"Don't worry. You won't have it. Now that you've beaten George, you'll have no trouble at all. You're top dog." Mullins gestured at the cages. "They'll be good for a while. Now you'd better get on with your work. There's been enough disruption of routine for today. The men will help you."

* * *

Kennon checked in at the commandant's office before he left for the main island.

"How is Douglas?" he asked.

"He's alive," Mullins said. "We flew him to Albertsville-and good riddance. How are the Lani?"

"They'll be all right," Kennon said. "It's just food poisoning. I suggest you check your kitchen and your food handlers. There's a break in sanitation that could incapacitate your whole command. I found a few things wrong but there are probably more."

"I'll check on it-and thanks for the advice," Mullins said. "Sit down, Doctor. Your airboat won't be serviced for another few minutes. Tell me how things are on the main island. How's Blalok?"

"You know him?"

"Of course. I used to be a frequent visitor there. But with that young pup here, I couldn't leave. I didn't dare to. He'd have disrupted routine in a single day. Look what he did in half an hour. Frankly, I owe you a debt for getting him off my hands." Mullins chuckled dryly.

"That's a fine thing to say," Kennon grinned. "But I can sympathize. It took us two months to straighten out Alexandria after the Boss-man sent him here."

"I heard about that."

"Well-we're under control now. Things are going pretty smoothly."

"They'll be better here," Mullins said. "Now that Douglas is gone." He shrugged. "I hope the Boss doesn't send him back. He's hard to handle and he makes discipline a problem."

"Could you tell me-or would it be violating security?" Kennon said. "Why do you have a Class II installation on full war footing out here?"

Mullins chuckled. "It's no secret," he said. "There was a commercial raid on this place about fifty years ago. Seems as though one of our competitors didn't like us. Alexandria was on a war footing then and managed to hold them off. But it scared the Old Man. You see, our competitive position is based on Lani labor. Our competitors didn't know that. Their intelligence wasn't so good. Up until that time, we'd been keeping the males out here in what was hardly more than a stockade. Those people could have taken a few dozen females and a couple of males and they'd have been in business. But they didn't know. They tried to smash Alexandria instead. Naturally they didn't have a chance. And after it was over the Old Man got smart. He still had the tapes for Alexandria so he built a duplicate out here and spent a few millions on modern armament. The way we're set now it'd take a battle group to hurt us."

"But how about security? Don't the others know about the Lani now?"

"It's a moot question. But it won't do them any good. They can't crack this place, and without males, all the females on Flora wouldn't do them enough long-term good to pay for the force they'd need to be successful."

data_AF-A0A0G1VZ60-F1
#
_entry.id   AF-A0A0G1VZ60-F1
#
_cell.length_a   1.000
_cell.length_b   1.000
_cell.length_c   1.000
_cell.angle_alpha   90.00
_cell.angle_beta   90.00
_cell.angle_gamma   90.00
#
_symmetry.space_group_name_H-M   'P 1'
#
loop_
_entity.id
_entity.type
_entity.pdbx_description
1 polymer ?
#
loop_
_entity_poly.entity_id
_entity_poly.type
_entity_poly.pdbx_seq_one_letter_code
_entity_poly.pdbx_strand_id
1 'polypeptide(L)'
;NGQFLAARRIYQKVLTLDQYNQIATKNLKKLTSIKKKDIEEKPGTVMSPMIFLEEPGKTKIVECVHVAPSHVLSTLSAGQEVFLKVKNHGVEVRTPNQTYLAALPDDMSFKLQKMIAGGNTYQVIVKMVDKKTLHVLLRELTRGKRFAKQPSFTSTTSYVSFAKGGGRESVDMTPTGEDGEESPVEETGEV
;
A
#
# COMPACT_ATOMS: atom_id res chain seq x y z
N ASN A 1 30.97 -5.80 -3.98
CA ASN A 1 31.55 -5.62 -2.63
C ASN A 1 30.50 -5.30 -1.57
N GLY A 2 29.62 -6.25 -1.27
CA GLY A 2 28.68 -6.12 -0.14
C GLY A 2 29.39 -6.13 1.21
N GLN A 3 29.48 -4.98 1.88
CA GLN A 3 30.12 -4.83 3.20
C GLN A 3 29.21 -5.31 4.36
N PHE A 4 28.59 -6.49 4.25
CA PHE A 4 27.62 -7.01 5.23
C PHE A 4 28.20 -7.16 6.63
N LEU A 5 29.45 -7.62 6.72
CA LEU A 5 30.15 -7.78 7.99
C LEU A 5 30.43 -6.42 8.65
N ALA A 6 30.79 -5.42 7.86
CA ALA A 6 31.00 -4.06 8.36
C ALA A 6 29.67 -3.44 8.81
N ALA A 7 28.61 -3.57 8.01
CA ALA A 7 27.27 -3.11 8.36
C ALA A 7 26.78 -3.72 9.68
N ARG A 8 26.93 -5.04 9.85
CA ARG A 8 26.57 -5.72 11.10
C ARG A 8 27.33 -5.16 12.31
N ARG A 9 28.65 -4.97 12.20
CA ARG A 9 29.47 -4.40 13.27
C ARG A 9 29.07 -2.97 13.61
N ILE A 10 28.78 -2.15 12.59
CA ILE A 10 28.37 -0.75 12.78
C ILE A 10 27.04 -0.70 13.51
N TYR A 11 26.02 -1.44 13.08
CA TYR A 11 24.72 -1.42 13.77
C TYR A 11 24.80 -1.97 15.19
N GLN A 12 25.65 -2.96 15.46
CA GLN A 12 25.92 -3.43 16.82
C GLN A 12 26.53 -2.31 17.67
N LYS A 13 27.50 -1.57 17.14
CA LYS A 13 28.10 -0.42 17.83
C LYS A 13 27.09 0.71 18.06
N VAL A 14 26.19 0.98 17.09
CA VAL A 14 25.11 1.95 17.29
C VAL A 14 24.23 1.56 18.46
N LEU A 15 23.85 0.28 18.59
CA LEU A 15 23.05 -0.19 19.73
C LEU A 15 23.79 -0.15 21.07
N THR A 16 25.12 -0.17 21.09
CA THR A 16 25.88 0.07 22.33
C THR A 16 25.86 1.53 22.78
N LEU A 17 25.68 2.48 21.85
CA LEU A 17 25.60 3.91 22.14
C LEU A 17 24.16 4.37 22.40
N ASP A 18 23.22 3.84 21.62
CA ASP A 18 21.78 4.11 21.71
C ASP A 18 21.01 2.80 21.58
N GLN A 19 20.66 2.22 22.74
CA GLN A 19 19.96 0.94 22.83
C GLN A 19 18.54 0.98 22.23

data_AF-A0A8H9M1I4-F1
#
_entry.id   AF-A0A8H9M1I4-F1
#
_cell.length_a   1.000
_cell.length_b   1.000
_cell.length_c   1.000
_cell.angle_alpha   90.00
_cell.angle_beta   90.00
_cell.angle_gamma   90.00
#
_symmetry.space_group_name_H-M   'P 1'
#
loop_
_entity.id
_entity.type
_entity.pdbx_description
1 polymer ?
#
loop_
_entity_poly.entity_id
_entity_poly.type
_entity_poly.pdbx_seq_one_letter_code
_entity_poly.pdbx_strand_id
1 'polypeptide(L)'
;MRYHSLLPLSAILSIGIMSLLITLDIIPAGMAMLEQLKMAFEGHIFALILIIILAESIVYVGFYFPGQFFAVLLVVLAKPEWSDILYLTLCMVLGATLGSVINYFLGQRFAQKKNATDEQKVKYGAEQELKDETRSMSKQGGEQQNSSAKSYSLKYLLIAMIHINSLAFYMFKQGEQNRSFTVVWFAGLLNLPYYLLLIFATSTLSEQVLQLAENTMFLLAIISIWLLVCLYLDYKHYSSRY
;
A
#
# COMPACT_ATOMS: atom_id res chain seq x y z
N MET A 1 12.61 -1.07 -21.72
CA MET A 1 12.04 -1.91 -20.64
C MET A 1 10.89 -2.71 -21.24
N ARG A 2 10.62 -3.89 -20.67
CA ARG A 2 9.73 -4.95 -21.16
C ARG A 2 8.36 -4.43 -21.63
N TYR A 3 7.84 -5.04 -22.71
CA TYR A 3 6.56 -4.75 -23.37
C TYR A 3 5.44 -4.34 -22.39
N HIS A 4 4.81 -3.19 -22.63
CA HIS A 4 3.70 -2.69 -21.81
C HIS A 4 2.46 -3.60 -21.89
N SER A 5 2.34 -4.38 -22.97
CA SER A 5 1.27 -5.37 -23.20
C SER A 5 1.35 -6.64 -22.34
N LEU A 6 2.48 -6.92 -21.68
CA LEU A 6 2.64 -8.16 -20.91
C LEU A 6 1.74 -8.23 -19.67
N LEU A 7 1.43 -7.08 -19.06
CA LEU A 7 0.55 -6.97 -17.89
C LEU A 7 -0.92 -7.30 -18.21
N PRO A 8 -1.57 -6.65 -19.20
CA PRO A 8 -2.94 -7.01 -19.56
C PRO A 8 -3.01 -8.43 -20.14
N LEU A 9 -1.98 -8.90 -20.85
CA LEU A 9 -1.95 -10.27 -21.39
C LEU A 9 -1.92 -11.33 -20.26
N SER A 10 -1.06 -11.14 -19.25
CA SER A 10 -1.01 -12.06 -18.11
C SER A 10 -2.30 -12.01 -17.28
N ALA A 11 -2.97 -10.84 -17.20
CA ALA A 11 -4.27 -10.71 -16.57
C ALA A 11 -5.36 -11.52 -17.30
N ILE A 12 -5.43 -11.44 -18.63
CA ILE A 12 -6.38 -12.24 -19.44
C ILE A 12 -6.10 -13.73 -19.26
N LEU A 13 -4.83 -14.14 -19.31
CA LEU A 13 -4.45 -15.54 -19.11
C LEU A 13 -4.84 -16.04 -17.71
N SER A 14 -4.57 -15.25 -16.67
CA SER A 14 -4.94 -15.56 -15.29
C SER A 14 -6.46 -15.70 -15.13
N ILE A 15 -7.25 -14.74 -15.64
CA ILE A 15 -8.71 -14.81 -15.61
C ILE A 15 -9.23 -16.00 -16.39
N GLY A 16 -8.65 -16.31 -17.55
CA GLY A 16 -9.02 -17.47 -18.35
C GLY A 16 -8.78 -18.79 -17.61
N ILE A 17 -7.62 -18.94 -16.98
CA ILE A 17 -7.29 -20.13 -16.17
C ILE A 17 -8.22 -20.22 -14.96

"So that's why the males are isolated."

"There's another reason-two of them in fact. One is physical. Even the best male is a dangerous beast. They have a flair for violence that makes them useless as labor and their training doesn't help matters. And the other is mental. The females on the main island believe that we humans are responsible for the continuation of their breed. This tends to keep them in line. We have a great deal more trouble with them out here once they know the truth. We've had a number of cases of females trying to engineer a male's escape. But they're never repeated," Mullins said grimly. "Actually, it would be an interesting life out here, except for the abattoir." He grimaced. "That's an unpleasant chore."

"You mean-" Kennon said.

"Why, certainly. What else could we do with senile animals?"

"But that's murder!"

Mullins shook his head. "No more than killing a cow for beef."

"You know," Kennon said, "I've never thought of what happened to aged Lani. Sure, I've never seen one, but-Lord Lister!-I'm a fool."

"You'll get used to the idea," Mullins said. "They aren't human, and except for a few, they aren't as intelligent as a Santosian Varl. I know that they look like us except for those tails, but that's as far as it goes. I've spent two hundred years with them and I know what I'm talking about."

"That's what Alexander says."

"He should know. He's lived with them all his life."

"Well-perhaps. But I'm not convinced."

"Neither was Old Doc-not until the day he died."

"Did he change then?"

"I don't know. I wasn't there. But Old Doc was a stubborn cuss."

Kennon stood up. "I've given instructions for treatment to your corpsman," he said. "Now I think I'd better be getting back. I have some reports to finish."

Mullins smiled grimly. "You know," he said, "I get the feeling that you don't approve of this operation."

"Frankly, I don't," Kennon said, "but I signed a contract." He turned toward the door and gestured to the two Lani who waited outside with his bags. "I can find my way to the roof," he said.

"Well-good luck," Mullins said. "We'll call you again if we need you."

"Do that," Kennon replied. He wanted to leave, to get away from this place and back to the main island. He wanted to see Copper. He'd be damned if anyone was going to butcher her. If he had to stay here until she died of old age, he'd do it. But nobody was going to hurt her.